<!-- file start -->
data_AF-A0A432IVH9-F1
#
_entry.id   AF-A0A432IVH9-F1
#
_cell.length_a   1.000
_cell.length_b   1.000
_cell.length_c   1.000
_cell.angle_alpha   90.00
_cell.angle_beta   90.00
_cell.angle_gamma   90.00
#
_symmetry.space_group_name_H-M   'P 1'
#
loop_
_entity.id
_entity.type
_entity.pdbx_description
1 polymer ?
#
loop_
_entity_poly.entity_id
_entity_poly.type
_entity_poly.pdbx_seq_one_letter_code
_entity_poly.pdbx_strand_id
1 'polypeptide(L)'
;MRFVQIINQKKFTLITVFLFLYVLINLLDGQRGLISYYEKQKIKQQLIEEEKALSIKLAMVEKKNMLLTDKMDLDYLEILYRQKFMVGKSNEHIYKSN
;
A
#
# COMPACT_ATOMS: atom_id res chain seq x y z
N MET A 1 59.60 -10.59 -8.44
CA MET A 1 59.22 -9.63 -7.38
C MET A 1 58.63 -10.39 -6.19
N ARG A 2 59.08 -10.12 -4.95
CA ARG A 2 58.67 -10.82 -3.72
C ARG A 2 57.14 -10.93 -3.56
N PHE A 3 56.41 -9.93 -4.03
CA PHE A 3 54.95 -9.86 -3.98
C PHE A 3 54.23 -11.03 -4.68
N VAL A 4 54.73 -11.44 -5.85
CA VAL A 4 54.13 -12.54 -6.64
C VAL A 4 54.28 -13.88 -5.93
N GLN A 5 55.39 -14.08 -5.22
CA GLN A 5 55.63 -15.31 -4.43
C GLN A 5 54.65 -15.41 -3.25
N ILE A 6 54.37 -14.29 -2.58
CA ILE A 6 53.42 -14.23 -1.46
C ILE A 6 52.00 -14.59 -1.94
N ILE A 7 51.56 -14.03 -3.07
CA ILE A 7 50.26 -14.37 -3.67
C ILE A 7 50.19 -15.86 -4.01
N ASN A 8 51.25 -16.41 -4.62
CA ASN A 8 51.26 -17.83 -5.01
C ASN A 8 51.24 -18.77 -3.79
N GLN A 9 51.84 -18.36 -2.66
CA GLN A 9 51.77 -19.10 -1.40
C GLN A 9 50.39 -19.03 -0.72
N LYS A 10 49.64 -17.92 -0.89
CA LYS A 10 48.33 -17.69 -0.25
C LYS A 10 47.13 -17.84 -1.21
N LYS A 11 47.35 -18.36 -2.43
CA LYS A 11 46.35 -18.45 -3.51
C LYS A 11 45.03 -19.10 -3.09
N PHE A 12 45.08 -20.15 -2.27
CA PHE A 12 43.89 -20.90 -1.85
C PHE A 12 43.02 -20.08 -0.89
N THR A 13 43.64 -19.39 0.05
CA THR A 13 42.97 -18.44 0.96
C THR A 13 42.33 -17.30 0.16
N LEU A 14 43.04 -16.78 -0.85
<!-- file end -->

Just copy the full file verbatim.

data_AF-A0A432IVH9-F1
#
_entry.id   AF-A0A432IVH9-F1
#
_cell.length_a   1.000
_cell.length_b   1.000
_cell.length_c   1.000
_cell.angle_alpha   90.00
_cell.angle_beta   90.00
_cell.angle_gamma   90.00
#
_symmetry.space_group_name_H-M   'P 1'
#
loop_
_entity.id
_entity.type
_entity.pdbx_description
1 polymer ?
#
loop_
_entity_poly.entity_id
_entity_poly.type
_entity_poly.pdbx_seq_one_letter_code
_entity_poly.pdbx_strand_id
1 'polypeptide(L)'
;MRFVQIINQKKFTLITVFLFLYVLINLLDGQRGLISYYEKQKIKQQLIEEEKALSIKLAMVEKKNMLLTDKMDLDYLEILYRQKFMVGKSNEHIYKSN
;
A
#
# COMPACT_ATOMS: atom_id res chain seq x y z
N MET A 1 59.60 -10.59 -8.44
CA MET A 1 59.22 -9.63 -7.38
C MET A 1 58.63 -10.39 -6.19
N ARG A 2 59.08 -10.12 -4.95
CA ARG A 2 58.67 -10.82 -3.72
C ARG A 2 57.14 -10.93 -3.56
N PHE A 3 56.41 -9.93 -4.03
CA PHE A 3 54.95 -9.86 -3.98
C PHE A 3 54.23 -11.03 -4.68
N VAL A 4 54.73 -11.44 -5.85
CA VAL A 4 54.13 -12.54 -6.64
C VAL A 4 54.28 -13.88 -5.93
N GLN A 5 55.39 -14.08 -5.22
CA GLN A 5 55.63 -15.31 -4.43
C GLN A 5 54.65 -15.41 -3.25
N ILE A 6 54.37 -14.29 -2.58
CA ILE A 6 53.42 -14.23 -1.46
C ILE A 6 52.00 -14.59 -1.94
N ILE A 7 51.56 -14.03 -3.07
CA ILE A 7 50.26 -14.37 -3.67
C ILE A 7 50.19 -15.86 -4.01
N ASN A 8 51.25 -16.41 -4.62
CA ASN A 8 51.26 -17.83 -5.01
C ASN A 8 51.24 -18.77 -3.79
N GLN A 9 51.84 -18.36 -2.66
CA GLN A 9 51.77 -19.10 -1.40
C GLN A 9 50.39 -19.03 -0.72
N LYS A 10 49.64 -17.92 -0.89
CA LYS A 10 48.33 -17.69 -0.25
C LYS A 10 47.13 -17.84 -1.21
N LYS A 11 47.35 -18.36 -2.43
CA LYS A 11 46.35 -18.45 -3.51
C LYS A 11 45.03 -19.10 -3.09
N PHE A 12 45.08 -20.15 -2.27
CA PHE A 12 43.89 -20.90 -1.85
C PHE A 12 43.02 -20.08 -0.89
N THR A 13 43.64 -19.39 0.05
CA THR A 13 42.97 -18.44 0.96
C THR A 13 42.33 -17.30 0.16
N LEU A 14 43.04 -16.78 -0.85